Both body fossils and trace fossils (ichnofossils) have been found near Moab. Body fossils include bones, teeth, and skin impressions, although bones and teeth are much more commonly preserved than soft body parts like skin. Several dinosaur quarries have been located near Moab, with particularly significant ones in the Cedar Mountain Formation, including in the newly established Utahraptor State Park. The Cedar Mountain Formation is especially of interest to paleontologists as it has one of the most important dinosaur faunas on the entire continent.

Moab is particularly rich in fossil tracksites. At least eight different rock layers found near Moab contain fossil trackways. With at least six different tracksites that have developed trails and/or educational exhibits, Moab is also one of the best places in the country to see these tracks of the past.

A restoration of Gastonia, a dinosaur discovered in the Cedar Mountain Formation near Moab. Credit: Public domain by Mariana Ruiz LadyofHats.

Tracksites are especially critical for understanding dinosaurian behavior because they record the life activities of the animals that left them. For example, the Copper Ridge Dinosaur Tracksite contains tracks of a large sauropod (four-legged dinosaur herbivore) making a right turn and those of a therapod (three-toed dinosaur carnivore) with a limp.

Three of the area’s best known tracksites (Dinosaur Stomping Ground, Willow Springs, and Bull Canyon) are part of the Moab Megatracksite. The megatracksite is a regionally extensive surface in the Curtis Formation (Moab Member) that contains thousands of dinosaur tracks, mostly from therapods, that were formed when the animals walked across a coastal plain.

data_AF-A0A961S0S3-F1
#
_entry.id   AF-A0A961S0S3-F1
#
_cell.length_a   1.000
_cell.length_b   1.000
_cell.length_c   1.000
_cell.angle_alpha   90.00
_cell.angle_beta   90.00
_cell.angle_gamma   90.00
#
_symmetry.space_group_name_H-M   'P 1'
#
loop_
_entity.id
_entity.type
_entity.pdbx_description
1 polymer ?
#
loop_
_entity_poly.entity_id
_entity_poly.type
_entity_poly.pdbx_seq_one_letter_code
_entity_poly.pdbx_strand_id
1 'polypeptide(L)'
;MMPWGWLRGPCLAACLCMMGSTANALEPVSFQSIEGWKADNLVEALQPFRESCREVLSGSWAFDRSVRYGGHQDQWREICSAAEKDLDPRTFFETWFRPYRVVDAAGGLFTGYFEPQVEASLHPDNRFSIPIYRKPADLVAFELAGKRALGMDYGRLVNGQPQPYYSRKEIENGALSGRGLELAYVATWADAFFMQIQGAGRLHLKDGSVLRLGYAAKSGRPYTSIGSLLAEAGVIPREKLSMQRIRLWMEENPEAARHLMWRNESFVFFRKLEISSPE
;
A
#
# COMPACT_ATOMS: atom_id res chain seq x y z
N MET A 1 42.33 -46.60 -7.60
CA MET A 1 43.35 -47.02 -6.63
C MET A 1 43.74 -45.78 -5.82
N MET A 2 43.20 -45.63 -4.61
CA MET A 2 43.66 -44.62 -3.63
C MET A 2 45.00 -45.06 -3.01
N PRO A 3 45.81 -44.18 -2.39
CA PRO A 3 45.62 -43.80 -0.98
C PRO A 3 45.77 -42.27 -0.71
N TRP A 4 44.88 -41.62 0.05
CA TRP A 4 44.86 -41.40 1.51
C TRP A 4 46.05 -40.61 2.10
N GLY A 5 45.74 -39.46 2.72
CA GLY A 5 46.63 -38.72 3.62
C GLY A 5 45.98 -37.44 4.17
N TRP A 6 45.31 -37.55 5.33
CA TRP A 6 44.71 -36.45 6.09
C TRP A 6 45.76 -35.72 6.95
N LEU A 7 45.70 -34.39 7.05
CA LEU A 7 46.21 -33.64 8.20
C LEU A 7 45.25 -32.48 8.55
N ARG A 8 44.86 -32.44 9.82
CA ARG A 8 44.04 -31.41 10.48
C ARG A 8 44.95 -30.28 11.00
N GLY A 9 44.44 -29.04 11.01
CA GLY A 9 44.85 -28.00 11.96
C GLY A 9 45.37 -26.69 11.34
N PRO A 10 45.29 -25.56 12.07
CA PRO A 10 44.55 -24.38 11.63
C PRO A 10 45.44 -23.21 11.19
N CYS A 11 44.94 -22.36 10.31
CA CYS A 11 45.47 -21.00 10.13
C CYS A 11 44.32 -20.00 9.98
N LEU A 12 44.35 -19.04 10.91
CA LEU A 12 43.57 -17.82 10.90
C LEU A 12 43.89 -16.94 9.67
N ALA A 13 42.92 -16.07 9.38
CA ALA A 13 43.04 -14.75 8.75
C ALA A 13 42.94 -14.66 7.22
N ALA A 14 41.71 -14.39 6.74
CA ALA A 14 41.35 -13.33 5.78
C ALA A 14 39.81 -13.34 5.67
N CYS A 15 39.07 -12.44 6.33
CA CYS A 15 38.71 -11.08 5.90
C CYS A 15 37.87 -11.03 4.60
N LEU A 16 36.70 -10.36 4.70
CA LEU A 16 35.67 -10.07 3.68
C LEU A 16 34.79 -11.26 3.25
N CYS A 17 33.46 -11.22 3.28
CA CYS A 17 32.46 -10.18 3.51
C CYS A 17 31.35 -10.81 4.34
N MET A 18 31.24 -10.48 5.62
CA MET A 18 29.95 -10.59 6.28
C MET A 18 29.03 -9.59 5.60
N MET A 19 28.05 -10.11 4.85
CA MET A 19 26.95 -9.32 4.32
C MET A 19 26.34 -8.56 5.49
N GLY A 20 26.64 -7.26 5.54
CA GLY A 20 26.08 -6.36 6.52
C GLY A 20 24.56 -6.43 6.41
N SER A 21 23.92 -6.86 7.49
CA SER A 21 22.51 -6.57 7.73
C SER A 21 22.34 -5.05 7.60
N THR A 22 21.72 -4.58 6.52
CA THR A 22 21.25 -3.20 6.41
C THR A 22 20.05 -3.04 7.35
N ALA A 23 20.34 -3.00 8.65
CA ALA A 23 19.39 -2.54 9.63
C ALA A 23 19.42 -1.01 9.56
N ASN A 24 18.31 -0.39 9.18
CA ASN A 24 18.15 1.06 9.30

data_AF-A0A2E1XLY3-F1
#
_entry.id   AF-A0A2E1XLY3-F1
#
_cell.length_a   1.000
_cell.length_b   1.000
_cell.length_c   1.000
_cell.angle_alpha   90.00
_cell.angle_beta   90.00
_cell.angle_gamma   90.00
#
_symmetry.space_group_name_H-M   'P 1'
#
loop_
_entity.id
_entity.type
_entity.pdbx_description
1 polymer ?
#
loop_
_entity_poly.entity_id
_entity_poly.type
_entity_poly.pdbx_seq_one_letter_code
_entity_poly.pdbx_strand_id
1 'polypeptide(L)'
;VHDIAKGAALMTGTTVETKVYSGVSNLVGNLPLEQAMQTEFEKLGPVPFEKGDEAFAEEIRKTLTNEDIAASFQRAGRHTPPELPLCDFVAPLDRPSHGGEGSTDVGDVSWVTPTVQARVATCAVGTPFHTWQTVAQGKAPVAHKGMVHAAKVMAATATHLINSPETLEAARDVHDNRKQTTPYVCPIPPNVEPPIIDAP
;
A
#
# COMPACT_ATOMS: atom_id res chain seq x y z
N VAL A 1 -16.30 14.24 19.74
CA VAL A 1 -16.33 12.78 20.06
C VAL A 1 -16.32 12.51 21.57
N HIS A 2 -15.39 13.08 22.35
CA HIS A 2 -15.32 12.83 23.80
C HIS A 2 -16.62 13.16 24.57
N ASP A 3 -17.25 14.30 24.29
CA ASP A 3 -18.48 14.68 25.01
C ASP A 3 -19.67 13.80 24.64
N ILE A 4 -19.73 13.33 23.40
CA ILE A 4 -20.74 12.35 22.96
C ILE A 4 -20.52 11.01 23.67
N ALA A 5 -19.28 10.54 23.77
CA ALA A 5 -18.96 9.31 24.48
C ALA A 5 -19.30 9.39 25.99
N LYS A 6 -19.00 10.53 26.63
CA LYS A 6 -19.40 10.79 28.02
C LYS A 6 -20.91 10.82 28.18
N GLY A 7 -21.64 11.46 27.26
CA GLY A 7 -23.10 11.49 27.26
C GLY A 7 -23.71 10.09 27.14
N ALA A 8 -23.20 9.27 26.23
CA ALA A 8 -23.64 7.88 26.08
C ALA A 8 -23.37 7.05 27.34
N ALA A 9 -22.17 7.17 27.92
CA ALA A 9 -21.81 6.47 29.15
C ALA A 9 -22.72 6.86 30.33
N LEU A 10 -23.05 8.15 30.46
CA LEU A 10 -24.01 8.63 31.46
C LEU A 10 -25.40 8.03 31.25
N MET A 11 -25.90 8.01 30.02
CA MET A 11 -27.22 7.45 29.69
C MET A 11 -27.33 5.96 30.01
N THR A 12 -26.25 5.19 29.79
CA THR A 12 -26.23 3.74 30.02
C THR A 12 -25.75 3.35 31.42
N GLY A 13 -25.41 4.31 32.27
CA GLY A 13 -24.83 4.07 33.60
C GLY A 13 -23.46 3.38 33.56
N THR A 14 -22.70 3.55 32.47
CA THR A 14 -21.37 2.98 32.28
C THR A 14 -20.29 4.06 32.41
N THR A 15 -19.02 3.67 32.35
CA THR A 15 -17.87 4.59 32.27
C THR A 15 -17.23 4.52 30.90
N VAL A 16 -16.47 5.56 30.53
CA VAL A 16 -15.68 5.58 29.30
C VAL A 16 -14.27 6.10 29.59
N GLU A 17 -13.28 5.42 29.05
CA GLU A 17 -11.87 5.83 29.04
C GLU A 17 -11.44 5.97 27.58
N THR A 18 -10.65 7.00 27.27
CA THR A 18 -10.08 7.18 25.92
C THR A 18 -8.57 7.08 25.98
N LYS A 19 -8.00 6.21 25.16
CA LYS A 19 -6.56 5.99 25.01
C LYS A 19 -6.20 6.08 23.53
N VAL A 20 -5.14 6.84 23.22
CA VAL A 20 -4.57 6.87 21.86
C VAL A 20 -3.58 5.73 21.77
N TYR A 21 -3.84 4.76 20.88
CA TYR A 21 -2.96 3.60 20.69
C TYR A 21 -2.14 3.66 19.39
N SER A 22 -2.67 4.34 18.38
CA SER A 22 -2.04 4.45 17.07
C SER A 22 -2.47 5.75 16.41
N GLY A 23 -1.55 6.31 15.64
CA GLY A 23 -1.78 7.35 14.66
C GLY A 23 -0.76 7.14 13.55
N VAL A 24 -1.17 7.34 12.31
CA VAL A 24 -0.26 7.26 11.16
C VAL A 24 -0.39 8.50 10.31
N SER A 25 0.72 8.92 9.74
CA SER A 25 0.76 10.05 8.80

Together, research at Moab’s dinosaur bone quarries and tracksites continue to add to our understanding of life during the Mesozoic. And with so many sites with educational signs and interpretive trails that allow people to view dinosaur bones and tracks in situ (in place), Moab is also an amazing place for dinosaur tourism and education. For many people, the thrill of being able to see a dinosaur bone embedded in sandstone surrounded by the breathtaking canyon country scenery may rival that of running a rapid on the Colorado River or doing any of the other great things that Moab offers. Once dinosaurs are added into the mix, Moab really has a lot going for it.

All fossils on federal public lands provide important insights into past life and are protected by the Paleontological Resources Protection Act.

Special thanks to Jim Kirkland, Utah State Paleontologist.


A self-described “rock nerd,” Allyson Mathis is a geologist, informal geoscience educator and science writer living in Moab.
To learn more about Moab’s geology, visit the Geology Happenings archive online at
Return to home